Problems

Timeline of cost increases

The construction of the Scottish Parliament Building has generated controversy in several respects. Rising costs and the use of public money to fund the project generated most controversy. Initial estimates for constructing a new building were projected to be between £10m and £40m in 1997. By early 2004, the estimated final cost of the project was set at £430m, some ten times greater.cite news |first= |last= |authorlink= |author= |coauthors= |title=Holyrood price tag rises to £430m |url=http://news.bbc.co.uk/1/hi/scotland/3517225.stm |work=BBC Scotland News |publisher=BBC |date=2004-02-24 |accessdate=2006-10-29 ]

Controversy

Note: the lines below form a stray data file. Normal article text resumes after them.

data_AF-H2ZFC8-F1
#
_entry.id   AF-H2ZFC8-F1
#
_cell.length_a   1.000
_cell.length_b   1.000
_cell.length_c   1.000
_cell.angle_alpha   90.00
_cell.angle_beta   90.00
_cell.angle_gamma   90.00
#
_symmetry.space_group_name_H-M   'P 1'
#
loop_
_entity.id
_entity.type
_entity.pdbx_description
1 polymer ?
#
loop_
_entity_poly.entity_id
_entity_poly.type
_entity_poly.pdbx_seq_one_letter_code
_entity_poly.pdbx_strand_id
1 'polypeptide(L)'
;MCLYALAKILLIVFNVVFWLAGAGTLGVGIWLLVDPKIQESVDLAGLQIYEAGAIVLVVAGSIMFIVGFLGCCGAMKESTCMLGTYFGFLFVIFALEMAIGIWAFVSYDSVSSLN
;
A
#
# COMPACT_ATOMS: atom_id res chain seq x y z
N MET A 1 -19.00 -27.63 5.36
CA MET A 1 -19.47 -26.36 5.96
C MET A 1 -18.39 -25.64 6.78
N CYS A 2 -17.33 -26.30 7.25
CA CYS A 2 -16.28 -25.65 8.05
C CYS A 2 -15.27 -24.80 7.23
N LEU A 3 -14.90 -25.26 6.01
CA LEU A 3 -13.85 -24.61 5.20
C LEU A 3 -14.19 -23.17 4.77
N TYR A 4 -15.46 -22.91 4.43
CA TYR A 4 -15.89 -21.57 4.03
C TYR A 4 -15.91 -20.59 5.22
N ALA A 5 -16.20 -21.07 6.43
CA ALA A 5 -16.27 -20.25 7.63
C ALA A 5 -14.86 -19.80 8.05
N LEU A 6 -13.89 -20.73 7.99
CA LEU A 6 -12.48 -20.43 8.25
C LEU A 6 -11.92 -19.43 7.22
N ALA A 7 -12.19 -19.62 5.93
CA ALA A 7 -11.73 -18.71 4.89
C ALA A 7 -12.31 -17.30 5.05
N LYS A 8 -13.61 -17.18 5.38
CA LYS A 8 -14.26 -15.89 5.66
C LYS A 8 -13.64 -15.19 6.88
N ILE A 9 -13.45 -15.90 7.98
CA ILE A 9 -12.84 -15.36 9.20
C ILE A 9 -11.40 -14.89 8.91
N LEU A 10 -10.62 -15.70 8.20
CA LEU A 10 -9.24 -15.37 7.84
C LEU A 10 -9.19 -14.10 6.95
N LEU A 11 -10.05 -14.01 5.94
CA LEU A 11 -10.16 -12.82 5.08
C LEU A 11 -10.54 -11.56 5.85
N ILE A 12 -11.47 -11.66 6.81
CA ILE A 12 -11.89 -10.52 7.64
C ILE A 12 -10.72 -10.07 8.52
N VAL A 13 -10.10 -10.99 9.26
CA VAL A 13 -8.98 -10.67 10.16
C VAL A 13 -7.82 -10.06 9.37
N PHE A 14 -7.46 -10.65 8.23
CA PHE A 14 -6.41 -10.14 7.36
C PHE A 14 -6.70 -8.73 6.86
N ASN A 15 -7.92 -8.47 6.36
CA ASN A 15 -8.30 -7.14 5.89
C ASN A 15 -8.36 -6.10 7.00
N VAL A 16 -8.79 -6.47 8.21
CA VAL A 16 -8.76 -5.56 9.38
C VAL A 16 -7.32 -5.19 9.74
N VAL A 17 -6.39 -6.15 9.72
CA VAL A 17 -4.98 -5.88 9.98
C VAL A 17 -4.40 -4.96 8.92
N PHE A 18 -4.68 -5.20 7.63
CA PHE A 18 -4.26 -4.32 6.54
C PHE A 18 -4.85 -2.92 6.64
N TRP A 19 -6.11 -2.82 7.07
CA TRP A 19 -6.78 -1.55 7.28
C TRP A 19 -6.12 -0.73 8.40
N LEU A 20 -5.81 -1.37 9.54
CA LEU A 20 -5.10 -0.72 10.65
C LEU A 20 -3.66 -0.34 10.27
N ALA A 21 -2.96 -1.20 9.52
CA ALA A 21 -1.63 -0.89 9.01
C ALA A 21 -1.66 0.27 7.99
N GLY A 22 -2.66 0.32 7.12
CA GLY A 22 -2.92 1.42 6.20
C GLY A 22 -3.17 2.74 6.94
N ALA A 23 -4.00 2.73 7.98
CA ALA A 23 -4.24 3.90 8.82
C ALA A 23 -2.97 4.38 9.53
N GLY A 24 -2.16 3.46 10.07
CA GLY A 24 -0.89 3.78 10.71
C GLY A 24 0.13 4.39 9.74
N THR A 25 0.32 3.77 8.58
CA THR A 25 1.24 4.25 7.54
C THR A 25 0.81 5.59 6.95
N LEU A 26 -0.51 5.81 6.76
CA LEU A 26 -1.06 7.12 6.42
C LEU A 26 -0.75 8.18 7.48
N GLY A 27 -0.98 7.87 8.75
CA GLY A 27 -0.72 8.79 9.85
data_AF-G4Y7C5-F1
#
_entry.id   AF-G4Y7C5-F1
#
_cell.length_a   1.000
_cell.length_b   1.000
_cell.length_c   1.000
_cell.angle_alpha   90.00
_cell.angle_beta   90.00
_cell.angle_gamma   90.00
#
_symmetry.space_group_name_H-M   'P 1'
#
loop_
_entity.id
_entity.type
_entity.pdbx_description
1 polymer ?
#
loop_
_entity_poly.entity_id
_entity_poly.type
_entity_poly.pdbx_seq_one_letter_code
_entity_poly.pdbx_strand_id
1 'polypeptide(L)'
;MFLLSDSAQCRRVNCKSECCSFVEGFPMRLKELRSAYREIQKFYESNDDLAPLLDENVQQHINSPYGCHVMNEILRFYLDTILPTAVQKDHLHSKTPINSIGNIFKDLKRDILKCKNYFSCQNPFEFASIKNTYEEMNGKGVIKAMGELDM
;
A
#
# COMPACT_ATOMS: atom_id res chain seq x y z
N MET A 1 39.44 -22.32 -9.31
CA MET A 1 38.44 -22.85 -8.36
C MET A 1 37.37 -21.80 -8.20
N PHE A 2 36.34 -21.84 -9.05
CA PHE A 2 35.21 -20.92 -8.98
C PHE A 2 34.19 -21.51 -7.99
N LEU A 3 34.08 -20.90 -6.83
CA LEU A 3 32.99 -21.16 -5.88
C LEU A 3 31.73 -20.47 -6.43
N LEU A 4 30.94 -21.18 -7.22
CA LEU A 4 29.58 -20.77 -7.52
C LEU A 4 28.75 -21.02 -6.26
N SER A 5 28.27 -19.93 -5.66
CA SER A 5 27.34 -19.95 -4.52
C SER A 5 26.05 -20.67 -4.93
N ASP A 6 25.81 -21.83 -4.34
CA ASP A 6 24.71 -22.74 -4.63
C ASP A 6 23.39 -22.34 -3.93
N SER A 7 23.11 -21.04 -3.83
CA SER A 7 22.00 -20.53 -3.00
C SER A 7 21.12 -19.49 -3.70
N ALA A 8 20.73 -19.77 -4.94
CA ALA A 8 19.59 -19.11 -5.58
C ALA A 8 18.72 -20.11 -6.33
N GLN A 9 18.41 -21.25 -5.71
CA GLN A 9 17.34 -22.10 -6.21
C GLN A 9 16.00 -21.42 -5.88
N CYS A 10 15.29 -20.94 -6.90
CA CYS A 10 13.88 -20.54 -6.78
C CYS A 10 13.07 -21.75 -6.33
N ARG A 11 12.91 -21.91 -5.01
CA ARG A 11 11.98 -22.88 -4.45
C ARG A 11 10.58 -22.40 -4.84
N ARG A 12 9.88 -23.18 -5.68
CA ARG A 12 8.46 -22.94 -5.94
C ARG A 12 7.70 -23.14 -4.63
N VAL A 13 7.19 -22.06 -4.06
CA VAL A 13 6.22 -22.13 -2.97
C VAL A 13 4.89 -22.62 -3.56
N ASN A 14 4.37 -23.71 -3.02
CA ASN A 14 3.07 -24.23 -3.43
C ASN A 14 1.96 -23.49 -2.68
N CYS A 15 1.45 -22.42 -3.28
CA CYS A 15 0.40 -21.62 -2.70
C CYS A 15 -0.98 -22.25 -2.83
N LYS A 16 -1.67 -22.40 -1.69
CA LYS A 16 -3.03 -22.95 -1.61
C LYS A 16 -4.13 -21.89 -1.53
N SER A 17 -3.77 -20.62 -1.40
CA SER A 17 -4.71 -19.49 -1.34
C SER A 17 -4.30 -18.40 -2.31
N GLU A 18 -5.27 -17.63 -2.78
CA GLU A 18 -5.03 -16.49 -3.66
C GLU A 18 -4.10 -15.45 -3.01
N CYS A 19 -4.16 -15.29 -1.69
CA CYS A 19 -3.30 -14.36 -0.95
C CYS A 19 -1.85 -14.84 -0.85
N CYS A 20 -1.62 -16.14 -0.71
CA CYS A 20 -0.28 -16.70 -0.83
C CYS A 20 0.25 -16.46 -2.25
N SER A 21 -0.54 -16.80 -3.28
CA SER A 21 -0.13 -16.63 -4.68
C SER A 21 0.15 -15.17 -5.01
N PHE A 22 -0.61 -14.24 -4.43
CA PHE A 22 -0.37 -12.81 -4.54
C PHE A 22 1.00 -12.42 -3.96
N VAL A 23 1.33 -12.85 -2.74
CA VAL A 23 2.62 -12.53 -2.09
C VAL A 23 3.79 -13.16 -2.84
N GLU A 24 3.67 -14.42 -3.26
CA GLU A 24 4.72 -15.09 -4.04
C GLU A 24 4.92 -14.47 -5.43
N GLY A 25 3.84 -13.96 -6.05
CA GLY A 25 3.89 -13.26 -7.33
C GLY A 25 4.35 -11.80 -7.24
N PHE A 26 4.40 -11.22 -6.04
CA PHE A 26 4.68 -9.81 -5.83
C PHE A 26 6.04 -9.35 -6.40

Notwithstanding the level of controversy surrounding cost, the Scottish Parliament Building proved controversial in a number of other respects: the decision to construct a new building, the choice of site, the selection of a non-Scottish architect, and the selection of Bovis as construction manager after having earlier been excluded from the shortlist. In 1997, the initial cost of constructing a new Parliament building was given as £40 million, a figure produced by the Scottish Office, prior to the September 1997 devolution referendum, and subsequently revealed to be the figure for housing MSPs. Further controversy surrounding the project sprang from the selection of the Holyrood site, which was a late entrant onto the list of sites to be considered, and the rejection of the Royal High School on Calton Hill, long thought to be the home of any future devolved Scottish Parliament. After a formal visit to the Royal High School by Dewar and his aides on 30 May 1997, it was rejected as unsuitable on the grounds of size and location.cite web |url=http://www.scottish.parliament.uk/vli/holyrood/inquiry/sp205-04.htm | author=Peter Fraser |date=2004-09-15 |title=Chapter 3 - Selection of Holyrood Site |publisher=The Holyrood Inquiry |accessdate=2006-12-08]